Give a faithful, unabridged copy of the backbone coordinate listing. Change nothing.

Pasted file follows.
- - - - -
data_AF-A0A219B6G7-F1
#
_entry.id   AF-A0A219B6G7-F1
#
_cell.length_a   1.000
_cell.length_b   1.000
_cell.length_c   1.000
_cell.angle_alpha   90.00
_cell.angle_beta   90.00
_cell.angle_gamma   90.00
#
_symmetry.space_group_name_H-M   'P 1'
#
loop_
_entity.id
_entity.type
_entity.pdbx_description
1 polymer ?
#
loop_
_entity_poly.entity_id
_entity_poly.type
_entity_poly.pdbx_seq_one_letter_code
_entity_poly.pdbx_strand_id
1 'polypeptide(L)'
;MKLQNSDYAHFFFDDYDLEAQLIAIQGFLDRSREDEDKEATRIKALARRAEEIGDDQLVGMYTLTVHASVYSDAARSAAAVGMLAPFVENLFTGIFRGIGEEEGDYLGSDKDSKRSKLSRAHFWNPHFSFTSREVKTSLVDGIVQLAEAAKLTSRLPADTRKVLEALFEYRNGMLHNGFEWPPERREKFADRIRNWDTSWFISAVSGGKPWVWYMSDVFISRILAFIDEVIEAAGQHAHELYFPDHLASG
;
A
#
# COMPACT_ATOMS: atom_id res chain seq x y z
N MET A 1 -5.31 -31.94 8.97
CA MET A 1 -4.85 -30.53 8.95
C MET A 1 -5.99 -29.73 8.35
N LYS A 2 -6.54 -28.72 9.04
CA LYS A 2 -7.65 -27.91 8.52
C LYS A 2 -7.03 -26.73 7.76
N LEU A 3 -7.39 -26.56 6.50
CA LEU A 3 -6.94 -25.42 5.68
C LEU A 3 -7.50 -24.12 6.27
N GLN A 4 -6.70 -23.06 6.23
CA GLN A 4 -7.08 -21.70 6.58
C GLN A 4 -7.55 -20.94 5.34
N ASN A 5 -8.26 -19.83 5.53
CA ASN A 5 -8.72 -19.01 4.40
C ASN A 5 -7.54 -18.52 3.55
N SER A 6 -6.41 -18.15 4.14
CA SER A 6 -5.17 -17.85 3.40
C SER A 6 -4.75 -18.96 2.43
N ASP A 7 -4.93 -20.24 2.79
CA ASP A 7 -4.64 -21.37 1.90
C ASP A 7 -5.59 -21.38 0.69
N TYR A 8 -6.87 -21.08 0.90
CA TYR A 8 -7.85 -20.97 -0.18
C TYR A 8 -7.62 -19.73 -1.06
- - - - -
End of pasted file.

data_AF-A0A219B6G7-F1
#
_entry.id   AF-A0A219B6G7-F1
#
_cell.length_a   1.000
_cell.length_b   1.000
_cell.length_c   1.000
_cell.angle_alpha   90.00
_cell.angle_beta   90.00
_cell.angle_gamma   90.00
#
_symmetry.space_group_name_H-M   'P 1'
#
loop_
_entity.id
_entity.type
_entity.pdbx_description
1 polymer ?
#
loop_
_entity_poly.entity_id
_entity_poly.type
_entity_poly.pdbx_seq_one_letter_code
_entity_poly.pdbx_strand_id
1 'polypeptide(L)'
;MKLQNSDYAHFFFDDYDLEAQLIAIQGFLDRSREDEDKEATRIKALARRAEEIGDDQLVGMYTLTVHASVYSDAARSAAAVGMLAPFVENLFTGIFRGIGEEEGDYLGSDKDSKRSKLSRAHFWNPHFSFTSREVKTSLVDGIVQLAEAAKLTSRLPADTRKVLEALFEYRNGMLHNGFEWPPERREKFADRIRNWDTSWFISAVSGGKPWVWYMSDVFISRILAFIDEVIEAAGQHAHELYFPDHLASG
;
A
#
# COMPACT_ATOMS: atom_id res chain seq x y z
N MET A 1 -5.31 -31.94 8.97
CA MET A 1 -4.85 -30.53 8.95
C MET A 1 -5.99 -29.73 8.35
N LYS A 2 -6.54 -28.72 9.04
CA LYS A 2 -7.65 -27.91 8.52
C LYS A 2 -7.03 -26.73 7.76
N LEU A 3 -7.39 -26.56 6.50
CA LEU A 3 -6.94 -25.42 5.68
C LEU A 3 -7.50 -24.12 6.27
N GLN A 4 -6.70 -23.06 6.23
CA GLN A 4 -7.08 -21.70 6.58
C GLN A 4 -7.55 -20.94 5.34
N ASN A 5 -8.26 -19.83 5.53
CA ASN A 5 -8.72 -19.01 4.40
C ASN A 5 -7.54 -18.52 3.55
N SER A 6 -6.41 -18.15 4.14
CA SER A 6 -5.17 -17.85 3.40
C SER A 6 -4.75 -18.96 2.43
N ASP A 7 -4.93 -20.24 2.79
CA ASP A 7 -4.64 -21.37 1.90
C ASP A 7 -5.59 -21.38 0.69
N TYR A 8 -6.87 -21.08 0.90
CA TYR A 8 -7.85 -20.97 -0.18
C TYR A 8 -7.62 -19.73 -1.06